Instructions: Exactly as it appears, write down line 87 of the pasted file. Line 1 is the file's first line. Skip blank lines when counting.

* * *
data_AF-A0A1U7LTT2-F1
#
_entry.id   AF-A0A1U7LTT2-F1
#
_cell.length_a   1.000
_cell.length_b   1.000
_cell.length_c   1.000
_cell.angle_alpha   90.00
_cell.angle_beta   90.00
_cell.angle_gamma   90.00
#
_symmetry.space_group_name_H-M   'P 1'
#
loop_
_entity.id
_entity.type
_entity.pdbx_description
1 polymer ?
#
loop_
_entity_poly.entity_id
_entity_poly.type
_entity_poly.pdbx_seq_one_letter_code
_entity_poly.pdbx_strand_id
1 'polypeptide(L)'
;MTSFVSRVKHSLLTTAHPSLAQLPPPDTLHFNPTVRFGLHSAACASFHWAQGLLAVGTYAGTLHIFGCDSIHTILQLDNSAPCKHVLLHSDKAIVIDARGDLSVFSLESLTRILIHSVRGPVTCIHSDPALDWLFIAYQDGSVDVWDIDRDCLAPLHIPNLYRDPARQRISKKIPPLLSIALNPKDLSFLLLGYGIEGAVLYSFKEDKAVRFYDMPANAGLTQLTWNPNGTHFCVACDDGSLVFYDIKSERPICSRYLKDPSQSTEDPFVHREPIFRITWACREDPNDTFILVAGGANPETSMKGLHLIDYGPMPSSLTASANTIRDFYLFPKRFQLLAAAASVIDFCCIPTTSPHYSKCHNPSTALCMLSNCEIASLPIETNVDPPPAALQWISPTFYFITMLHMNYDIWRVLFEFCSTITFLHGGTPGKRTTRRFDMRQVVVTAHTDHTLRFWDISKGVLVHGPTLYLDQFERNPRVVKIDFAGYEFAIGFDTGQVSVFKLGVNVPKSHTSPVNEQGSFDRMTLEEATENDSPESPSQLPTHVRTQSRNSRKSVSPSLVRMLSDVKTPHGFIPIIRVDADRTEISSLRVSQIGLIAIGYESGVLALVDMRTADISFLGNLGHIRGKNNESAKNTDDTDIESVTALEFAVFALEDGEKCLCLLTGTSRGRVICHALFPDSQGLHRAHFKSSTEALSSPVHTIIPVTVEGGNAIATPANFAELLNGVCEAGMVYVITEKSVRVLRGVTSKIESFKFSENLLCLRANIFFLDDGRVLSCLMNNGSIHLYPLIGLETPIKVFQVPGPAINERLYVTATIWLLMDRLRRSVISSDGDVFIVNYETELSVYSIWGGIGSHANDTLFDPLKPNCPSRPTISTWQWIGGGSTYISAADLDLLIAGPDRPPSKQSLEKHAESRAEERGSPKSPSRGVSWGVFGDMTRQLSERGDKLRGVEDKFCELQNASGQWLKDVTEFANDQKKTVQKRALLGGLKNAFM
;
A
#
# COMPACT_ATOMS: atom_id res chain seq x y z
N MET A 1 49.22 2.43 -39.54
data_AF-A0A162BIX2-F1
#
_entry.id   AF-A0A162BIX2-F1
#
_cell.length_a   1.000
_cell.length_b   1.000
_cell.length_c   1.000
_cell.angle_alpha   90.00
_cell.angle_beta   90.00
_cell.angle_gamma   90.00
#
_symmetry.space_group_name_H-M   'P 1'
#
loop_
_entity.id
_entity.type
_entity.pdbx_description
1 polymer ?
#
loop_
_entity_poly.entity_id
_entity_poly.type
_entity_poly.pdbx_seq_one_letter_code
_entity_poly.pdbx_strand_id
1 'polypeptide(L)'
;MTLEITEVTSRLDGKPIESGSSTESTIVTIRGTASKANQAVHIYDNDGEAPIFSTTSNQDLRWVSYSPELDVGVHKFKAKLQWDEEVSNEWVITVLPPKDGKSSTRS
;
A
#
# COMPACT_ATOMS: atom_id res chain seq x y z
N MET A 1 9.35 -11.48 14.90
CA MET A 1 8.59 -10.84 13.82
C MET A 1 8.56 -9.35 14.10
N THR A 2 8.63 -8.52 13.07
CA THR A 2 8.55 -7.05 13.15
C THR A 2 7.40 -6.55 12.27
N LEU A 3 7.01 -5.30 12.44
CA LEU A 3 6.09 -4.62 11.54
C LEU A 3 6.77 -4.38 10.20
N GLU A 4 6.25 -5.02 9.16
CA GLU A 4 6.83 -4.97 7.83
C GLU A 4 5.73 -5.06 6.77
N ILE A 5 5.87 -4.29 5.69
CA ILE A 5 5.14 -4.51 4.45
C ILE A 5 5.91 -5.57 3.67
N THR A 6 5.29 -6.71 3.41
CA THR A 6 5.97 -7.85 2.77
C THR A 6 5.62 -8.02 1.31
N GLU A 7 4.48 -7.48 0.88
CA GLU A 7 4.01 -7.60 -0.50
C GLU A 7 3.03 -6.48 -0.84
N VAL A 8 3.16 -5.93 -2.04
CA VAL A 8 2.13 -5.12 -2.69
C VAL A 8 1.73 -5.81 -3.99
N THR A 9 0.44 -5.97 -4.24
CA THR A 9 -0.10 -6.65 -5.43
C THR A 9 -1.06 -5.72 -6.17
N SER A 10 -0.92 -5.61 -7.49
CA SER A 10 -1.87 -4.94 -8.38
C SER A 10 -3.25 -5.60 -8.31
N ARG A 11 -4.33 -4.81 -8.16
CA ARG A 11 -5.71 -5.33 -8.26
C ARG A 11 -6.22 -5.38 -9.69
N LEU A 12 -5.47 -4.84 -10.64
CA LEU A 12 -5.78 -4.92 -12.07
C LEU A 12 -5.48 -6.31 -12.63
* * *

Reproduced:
CA THR A 9 -0.10 -6.65 -5.43